The fascination of the private lives of Feynman and other geniuses

Some original content, yay: Everybody has heard of Albert Einstein. Almost everybody has heard of Steven Hawking. A good number of people have heard of Richard Feynman. But if you took a random person off of the street, what could they tell you about these people?

Many might be able to tell you the names of the discoveries made by these people, or other references to them (“Relativity”, “E=MC2”, “black holes”, “Hawking radiation”, “quantum electrodynamics”, etc.), but probably almost nobody would be able to explain what any of these terms actually mean beyond a superficial level.

Instead, it seems that the vast majority of information known about these people relates to their human side. Albert Einstein dropped out of school, and worked with patent filing. He was a womanizer. He has white disheveled hair, and sticks his tongue out. He said something about God not playing with dice. Hawking is always in a wheel chair, has one of those robot voice boxes, and occasionally appears on The Simpsons. Feynman plays bongos, and also loved women and booze. Newton had an apple fall on his head. Etc.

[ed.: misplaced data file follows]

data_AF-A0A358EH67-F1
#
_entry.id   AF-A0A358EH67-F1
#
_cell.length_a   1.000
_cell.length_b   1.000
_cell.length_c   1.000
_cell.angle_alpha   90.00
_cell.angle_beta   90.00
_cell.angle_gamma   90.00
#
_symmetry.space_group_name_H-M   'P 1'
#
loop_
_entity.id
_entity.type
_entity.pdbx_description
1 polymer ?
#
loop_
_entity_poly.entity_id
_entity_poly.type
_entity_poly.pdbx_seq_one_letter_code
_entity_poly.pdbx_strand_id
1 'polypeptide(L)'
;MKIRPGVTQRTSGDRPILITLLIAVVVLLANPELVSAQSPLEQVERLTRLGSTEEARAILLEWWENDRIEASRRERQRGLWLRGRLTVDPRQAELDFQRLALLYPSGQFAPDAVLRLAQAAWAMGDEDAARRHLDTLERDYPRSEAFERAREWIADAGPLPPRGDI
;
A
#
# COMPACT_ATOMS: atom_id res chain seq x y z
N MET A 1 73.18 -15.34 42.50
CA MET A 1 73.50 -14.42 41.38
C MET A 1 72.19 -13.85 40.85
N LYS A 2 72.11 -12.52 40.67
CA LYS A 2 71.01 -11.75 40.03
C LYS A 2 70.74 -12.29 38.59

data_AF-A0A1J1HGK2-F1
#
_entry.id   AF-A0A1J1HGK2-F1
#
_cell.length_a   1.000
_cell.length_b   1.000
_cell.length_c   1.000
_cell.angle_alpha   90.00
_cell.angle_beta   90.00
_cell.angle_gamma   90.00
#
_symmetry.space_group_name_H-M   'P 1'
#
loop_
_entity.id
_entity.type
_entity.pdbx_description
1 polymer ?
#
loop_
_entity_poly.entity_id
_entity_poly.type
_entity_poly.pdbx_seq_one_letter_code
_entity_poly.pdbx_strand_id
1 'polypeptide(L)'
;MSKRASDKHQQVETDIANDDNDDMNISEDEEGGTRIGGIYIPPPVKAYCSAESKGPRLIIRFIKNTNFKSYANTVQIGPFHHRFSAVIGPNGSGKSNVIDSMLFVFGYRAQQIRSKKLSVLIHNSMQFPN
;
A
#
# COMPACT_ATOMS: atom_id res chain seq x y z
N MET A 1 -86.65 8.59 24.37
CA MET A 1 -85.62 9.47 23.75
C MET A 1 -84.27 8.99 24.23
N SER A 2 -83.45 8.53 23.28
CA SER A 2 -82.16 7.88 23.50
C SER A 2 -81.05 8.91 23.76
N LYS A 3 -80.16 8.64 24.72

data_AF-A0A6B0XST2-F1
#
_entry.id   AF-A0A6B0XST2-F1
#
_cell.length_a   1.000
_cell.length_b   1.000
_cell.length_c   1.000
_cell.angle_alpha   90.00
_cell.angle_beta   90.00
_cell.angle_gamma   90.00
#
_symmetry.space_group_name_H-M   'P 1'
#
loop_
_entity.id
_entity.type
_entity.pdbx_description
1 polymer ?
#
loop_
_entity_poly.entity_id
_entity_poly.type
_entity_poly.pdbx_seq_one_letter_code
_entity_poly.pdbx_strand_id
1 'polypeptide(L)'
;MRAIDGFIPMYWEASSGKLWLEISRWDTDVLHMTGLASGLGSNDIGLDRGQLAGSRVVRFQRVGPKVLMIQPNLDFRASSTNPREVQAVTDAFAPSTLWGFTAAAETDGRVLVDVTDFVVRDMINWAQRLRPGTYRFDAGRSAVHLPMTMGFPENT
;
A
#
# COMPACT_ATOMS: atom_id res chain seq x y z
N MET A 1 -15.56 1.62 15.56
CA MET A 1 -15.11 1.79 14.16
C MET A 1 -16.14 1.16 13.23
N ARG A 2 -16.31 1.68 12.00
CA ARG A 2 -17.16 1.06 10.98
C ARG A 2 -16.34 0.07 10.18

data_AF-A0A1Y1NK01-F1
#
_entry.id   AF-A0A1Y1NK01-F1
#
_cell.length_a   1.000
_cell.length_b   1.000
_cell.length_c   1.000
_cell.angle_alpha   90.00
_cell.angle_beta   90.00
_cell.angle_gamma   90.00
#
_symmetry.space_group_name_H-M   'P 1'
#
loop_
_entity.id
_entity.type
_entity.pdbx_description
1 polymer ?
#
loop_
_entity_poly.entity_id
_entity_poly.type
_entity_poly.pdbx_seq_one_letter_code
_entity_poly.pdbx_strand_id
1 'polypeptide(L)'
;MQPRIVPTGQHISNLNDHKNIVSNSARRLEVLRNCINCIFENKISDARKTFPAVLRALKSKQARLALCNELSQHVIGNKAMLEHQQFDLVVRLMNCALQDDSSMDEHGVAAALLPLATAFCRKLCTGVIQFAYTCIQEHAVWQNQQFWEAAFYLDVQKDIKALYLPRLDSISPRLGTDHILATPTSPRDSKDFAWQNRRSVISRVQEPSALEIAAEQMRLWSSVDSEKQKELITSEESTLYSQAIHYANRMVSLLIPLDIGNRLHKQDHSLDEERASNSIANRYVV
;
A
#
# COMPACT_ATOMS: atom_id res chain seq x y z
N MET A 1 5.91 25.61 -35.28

Why do we even care? (I’m asking rhetorically, but see Steven Pinker’s “How the mind works” for a discussion on the evolutionary origins of gossip if you want the answer). While there is some value in reminding ourselves that these people are human, just like us, I find it discouraging and interesting that much more energy is spent (in the forms of book published, blogs posts written, and other forms of discussion made) on the relative trivialities of their private lives than on the actual contributions these people have made for society.

Could it simply be that it’s fashionable amongst intellectuals to discuss Einstein, but, not having the background to make educated statements on his findings, to instead resort to gossip? In the case of Feynman, his writings are particularly accessible to the layperson, so it seems like a great opportunity for the intellectually curious to pick up discussion topics there, but unfortunately Feynman doesn’t have the same brand name recognition that Einstein does.

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